I don’t talk about this much in public spaces.

It’s a bit like showing my underwear to a person I’ve just met—it doesn’t matter whether I’m wearing something lacy and lovely or simple utilitarian cotton, it’s an intimate moment that opens me to ridicule.

But as a teacher, I’ve found the real gold is in stories and sharing.

Creating a life based on goals and intentions (what I think of as pushing the river) has become a national pastime. And as it has, this story keeps circling ‘round, tugging at my pant leg, asking to be shared.

Don’t get me wrong—I’ve pushed the river, pulled the river, and made it do loopty-loops. All of which has helped my business survive and thrive for ten years (okay, survive for 10 and thrive for 7). But the goal-setting, the intending, and the striving is only part of the story.

Here’s my secret:

There was no master plan.

I didn’t set out to become a healer, nor did I visualize shops in two states and a vibrant online community (online??! says ten-years-ago me, that’s crazy-pants!).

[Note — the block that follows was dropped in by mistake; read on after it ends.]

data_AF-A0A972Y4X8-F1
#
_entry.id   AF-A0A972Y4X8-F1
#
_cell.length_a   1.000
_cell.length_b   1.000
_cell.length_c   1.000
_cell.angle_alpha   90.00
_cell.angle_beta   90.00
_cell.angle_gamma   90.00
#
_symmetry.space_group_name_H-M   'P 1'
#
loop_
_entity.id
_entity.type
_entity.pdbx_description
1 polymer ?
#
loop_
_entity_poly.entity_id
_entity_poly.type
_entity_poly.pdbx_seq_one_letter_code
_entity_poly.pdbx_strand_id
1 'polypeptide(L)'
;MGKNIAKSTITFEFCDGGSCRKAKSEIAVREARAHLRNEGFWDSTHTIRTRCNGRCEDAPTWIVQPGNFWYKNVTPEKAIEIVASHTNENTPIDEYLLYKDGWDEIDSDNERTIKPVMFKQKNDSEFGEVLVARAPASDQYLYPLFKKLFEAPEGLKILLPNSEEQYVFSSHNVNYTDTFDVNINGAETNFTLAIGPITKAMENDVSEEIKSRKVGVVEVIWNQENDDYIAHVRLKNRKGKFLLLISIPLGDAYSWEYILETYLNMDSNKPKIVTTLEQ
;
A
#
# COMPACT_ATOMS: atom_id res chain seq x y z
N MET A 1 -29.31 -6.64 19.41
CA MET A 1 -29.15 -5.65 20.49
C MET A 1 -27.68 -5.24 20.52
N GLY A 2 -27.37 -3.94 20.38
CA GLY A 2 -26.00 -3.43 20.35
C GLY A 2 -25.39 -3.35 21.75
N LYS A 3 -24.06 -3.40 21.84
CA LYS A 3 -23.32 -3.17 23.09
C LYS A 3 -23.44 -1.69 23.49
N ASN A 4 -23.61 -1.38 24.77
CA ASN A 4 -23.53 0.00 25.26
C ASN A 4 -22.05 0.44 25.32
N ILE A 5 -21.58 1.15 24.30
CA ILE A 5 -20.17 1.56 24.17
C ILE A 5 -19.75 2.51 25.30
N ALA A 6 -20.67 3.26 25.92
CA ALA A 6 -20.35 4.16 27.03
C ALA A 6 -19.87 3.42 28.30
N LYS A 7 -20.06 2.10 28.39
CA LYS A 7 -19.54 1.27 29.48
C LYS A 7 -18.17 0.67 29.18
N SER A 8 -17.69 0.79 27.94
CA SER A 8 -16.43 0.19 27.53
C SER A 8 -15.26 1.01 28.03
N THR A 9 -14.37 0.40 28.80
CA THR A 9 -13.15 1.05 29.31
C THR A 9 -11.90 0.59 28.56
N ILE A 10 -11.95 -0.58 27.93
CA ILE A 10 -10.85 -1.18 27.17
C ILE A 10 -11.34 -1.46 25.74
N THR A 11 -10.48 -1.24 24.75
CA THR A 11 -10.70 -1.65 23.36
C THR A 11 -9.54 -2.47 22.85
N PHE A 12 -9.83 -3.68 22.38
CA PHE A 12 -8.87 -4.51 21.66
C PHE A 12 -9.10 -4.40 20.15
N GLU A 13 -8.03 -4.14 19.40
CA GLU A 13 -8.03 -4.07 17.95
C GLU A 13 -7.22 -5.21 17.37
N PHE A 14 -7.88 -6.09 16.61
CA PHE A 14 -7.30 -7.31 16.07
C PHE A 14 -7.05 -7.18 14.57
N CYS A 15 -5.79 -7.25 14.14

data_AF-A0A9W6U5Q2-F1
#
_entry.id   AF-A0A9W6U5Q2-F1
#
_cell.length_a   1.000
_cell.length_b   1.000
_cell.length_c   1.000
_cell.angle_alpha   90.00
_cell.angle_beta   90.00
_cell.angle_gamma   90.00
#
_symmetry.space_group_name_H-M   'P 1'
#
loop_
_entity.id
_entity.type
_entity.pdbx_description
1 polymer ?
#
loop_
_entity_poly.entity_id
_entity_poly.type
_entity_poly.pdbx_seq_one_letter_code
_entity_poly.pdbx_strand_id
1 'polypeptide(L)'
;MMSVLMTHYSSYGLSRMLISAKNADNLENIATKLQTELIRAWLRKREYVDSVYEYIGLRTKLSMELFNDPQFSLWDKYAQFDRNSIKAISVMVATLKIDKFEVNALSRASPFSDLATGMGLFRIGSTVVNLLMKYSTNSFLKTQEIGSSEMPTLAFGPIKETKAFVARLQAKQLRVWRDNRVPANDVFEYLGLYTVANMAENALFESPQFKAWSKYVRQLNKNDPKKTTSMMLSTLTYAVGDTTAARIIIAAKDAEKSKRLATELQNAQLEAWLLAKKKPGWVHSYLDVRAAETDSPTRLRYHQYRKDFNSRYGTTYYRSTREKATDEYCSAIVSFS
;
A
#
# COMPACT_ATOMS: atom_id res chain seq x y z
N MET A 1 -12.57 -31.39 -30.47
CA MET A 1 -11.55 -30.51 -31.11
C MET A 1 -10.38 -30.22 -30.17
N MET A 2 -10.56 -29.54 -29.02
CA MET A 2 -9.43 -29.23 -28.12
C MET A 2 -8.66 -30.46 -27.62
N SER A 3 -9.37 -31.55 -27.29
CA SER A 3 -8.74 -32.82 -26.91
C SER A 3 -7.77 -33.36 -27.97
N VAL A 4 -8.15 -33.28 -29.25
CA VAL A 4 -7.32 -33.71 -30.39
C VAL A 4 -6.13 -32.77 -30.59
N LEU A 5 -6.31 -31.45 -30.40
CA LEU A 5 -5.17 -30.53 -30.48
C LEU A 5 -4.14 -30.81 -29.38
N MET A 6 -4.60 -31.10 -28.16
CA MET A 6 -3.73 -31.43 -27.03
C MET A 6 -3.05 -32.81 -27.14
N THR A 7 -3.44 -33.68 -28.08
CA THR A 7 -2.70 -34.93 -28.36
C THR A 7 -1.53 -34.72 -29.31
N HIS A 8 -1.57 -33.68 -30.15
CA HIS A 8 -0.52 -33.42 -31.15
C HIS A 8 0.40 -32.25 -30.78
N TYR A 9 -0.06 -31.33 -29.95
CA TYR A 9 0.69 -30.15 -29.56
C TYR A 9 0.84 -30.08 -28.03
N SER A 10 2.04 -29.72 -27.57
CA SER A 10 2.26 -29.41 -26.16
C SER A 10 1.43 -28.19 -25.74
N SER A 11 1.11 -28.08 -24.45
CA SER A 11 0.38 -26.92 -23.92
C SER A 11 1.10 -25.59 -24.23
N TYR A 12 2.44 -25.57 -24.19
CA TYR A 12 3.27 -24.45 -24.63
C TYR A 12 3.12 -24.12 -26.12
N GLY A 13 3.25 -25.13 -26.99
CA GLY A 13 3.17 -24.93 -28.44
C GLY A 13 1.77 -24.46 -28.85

The year destiny wrapped me ‘round her little finger and tugged my life into a new shape, I was happily renovating my 1870’s Sears and Roebuck kit house, spending evenings rocking on the wrap-around porch and making gluten-free mulberry-peach pies with fresh berries from the trees along the back fence-line. I loved my house somethin’ fierce and swore I’d be carried out in a coffin.

I was 33. A magical year that I call the “Jesus Year,” not because I’m religious, but because Jesus died and was reborn at the age of 33.

Thirty-three is three 11s, the number of visionaries and dreamers, ideologues and spiritual seekers. Think about your own thirty-third year (and if you’re not yet there, pay attention when it comes!).

So I hit my thirty-third birthday and life got officially weird.

Unlike Jesus my old life took almost a year to die. It began slowly—a roommate moving in with her boyfriend, another deciding to return to New York City—then the dissolution began accelerating toward the unexpected denouement of selling my home and driving cross country, heading first to Whidby Island off the coast of Washington State and ultimately to Ireland.

And all of this in a plan-less state of wonder.